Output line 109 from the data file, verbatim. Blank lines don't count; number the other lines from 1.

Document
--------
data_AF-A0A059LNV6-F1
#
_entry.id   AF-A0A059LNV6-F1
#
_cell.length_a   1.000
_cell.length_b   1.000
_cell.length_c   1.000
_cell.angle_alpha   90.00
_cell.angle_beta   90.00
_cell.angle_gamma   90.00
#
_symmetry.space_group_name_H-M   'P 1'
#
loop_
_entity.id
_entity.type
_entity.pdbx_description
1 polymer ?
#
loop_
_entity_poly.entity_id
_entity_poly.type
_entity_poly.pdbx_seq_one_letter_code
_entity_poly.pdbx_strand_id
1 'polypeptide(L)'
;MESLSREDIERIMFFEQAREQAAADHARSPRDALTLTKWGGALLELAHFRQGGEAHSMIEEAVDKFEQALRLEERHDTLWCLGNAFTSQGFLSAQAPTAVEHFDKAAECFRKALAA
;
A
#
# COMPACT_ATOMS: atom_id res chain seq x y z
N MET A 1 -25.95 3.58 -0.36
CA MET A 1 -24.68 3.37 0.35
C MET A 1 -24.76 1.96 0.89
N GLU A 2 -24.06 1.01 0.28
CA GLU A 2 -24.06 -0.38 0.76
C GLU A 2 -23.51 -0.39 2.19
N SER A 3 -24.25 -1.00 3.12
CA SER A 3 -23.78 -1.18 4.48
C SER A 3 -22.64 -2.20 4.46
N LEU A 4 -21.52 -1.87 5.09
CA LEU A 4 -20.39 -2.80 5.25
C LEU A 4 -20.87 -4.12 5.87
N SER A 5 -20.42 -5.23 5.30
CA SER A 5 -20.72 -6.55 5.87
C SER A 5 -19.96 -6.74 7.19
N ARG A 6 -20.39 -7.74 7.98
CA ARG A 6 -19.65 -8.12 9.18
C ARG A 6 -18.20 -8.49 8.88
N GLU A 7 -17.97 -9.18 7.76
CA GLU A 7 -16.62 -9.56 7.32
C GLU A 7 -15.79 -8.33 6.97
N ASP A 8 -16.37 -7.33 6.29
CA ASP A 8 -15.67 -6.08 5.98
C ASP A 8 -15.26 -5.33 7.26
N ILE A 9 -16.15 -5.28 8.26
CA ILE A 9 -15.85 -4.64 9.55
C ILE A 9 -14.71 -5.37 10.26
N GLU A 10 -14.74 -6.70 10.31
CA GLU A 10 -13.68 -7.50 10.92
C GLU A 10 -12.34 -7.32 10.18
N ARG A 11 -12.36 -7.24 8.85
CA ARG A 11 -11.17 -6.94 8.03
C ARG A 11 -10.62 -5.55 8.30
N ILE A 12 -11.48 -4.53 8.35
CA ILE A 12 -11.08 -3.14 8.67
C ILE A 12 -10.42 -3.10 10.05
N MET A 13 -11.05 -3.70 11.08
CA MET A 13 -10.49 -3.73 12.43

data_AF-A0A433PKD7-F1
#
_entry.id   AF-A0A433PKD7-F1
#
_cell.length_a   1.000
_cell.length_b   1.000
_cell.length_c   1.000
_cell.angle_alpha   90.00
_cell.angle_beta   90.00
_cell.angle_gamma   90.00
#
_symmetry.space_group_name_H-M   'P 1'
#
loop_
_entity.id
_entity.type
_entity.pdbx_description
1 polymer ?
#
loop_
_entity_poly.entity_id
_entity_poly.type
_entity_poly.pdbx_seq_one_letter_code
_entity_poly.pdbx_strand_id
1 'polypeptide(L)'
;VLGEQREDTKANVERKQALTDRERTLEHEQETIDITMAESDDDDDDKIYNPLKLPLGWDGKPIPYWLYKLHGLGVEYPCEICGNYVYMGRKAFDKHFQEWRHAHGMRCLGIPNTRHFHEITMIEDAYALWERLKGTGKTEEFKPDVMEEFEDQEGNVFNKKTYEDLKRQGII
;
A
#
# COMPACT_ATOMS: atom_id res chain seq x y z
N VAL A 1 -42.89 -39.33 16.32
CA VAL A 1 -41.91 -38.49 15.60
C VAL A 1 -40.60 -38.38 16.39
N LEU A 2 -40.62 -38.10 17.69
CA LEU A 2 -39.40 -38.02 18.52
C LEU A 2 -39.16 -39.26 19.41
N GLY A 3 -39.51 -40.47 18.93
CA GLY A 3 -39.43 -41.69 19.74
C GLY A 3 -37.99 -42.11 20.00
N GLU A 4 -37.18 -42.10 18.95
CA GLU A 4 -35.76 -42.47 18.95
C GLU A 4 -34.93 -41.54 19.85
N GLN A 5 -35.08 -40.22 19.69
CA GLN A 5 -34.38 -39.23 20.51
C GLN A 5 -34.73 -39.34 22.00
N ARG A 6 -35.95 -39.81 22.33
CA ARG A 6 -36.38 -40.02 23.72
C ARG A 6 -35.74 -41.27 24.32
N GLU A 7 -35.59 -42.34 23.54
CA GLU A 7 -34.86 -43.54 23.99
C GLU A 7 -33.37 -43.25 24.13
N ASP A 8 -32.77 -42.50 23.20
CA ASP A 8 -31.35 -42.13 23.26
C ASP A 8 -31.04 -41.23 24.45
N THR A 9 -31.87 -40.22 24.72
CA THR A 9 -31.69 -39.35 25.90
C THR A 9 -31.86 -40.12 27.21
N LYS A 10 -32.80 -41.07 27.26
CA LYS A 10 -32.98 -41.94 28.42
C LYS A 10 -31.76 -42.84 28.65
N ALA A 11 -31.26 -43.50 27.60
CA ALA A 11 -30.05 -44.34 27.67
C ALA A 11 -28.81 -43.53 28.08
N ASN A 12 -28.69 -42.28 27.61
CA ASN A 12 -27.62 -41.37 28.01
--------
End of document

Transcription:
CA GLU A 4 -35.76 -42.47 18.95